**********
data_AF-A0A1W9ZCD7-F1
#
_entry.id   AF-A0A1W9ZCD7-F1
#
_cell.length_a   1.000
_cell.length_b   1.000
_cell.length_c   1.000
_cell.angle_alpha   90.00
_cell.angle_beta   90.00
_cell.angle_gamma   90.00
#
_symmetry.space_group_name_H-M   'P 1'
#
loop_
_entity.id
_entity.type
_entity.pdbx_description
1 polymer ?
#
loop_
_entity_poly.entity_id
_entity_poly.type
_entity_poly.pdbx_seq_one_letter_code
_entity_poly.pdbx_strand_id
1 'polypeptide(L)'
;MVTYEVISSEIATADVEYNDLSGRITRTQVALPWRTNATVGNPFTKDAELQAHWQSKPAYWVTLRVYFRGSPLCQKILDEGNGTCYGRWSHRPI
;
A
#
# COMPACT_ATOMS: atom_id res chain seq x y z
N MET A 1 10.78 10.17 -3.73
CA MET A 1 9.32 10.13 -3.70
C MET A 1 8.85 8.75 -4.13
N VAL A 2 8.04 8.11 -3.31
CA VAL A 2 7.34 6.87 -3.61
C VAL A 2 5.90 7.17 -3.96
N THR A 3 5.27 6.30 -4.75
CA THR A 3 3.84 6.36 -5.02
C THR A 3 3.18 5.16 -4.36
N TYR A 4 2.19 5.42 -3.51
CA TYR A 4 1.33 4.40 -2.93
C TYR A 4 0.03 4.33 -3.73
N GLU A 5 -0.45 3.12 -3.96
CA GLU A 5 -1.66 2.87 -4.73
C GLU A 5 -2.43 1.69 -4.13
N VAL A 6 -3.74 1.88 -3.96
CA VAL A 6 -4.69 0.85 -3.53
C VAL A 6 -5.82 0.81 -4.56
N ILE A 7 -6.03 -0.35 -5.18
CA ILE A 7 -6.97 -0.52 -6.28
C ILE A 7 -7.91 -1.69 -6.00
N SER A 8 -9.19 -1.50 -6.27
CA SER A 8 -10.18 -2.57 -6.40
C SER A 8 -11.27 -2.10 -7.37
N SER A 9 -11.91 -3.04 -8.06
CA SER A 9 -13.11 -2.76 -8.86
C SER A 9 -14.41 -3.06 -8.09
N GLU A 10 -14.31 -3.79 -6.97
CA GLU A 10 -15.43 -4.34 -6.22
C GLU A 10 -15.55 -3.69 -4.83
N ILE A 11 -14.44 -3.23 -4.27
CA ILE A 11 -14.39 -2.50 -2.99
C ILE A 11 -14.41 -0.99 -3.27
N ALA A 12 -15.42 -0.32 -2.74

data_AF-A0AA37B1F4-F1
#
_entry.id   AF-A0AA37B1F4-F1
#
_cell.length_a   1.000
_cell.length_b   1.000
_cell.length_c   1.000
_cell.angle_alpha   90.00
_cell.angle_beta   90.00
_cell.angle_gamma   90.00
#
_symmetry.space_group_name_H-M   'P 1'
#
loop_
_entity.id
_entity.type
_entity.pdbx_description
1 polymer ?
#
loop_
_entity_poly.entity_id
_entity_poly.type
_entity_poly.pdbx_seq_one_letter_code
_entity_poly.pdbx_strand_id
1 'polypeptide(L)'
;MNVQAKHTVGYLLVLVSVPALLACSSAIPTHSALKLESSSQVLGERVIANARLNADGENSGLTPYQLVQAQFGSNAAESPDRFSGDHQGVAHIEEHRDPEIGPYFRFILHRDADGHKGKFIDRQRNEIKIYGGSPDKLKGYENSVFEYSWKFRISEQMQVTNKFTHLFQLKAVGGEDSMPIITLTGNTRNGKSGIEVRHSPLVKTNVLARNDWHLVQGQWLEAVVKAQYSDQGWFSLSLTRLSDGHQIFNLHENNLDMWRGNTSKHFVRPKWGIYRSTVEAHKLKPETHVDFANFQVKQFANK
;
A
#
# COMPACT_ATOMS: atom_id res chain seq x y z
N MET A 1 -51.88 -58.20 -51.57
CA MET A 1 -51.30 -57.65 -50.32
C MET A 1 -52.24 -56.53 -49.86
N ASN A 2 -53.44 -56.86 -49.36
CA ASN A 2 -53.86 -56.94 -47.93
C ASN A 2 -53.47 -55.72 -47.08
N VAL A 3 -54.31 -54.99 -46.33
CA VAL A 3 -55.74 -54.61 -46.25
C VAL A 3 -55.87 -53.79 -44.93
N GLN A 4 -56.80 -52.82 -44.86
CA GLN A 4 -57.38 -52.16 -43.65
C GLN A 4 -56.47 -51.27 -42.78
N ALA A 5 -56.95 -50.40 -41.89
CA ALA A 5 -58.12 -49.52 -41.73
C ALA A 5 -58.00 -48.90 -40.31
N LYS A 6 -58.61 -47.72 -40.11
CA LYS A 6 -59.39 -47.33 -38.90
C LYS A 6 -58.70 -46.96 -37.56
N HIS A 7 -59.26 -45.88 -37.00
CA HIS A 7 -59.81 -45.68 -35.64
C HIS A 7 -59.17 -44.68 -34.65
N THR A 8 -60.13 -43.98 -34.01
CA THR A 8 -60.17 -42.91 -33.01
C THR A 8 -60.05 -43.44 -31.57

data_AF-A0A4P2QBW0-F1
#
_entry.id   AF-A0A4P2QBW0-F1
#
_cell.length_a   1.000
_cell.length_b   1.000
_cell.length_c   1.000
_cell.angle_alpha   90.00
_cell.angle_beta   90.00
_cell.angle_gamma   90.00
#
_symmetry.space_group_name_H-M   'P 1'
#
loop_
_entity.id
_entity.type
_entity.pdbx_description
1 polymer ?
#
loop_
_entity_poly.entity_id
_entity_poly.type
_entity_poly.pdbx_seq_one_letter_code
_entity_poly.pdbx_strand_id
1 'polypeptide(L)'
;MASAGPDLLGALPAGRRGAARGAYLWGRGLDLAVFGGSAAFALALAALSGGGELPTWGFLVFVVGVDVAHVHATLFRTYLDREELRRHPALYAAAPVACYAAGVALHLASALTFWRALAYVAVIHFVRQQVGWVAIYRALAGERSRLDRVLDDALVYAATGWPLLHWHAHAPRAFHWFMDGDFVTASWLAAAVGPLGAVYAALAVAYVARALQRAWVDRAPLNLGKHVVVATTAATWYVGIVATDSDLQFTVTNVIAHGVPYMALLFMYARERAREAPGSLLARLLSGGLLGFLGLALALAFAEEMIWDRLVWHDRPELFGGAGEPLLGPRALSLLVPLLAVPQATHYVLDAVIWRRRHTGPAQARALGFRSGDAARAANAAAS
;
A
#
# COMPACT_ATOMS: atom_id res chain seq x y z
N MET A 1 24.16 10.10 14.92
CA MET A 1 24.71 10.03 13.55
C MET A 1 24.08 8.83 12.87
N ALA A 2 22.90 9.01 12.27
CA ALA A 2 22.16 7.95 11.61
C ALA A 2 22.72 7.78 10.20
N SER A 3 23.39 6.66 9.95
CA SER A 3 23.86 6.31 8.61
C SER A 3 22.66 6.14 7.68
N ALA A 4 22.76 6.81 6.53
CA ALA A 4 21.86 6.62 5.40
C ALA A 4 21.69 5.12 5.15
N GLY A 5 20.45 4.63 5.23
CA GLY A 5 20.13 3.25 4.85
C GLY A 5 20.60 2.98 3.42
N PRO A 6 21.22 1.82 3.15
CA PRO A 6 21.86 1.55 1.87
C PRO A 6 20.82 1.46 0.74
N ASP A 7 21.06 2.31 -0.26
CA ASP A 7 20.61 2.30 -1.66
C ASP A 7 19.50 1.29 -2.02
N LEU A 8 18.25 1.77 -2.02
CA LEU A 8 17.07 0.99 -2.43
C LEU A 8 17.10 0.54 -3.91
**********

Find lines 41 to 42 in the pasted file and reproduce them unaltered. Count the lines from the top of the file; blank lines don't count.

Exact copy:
CA TYR A 4 1.33 4.40 -2.93
C TYR A 4 0.03 4.33 -3.73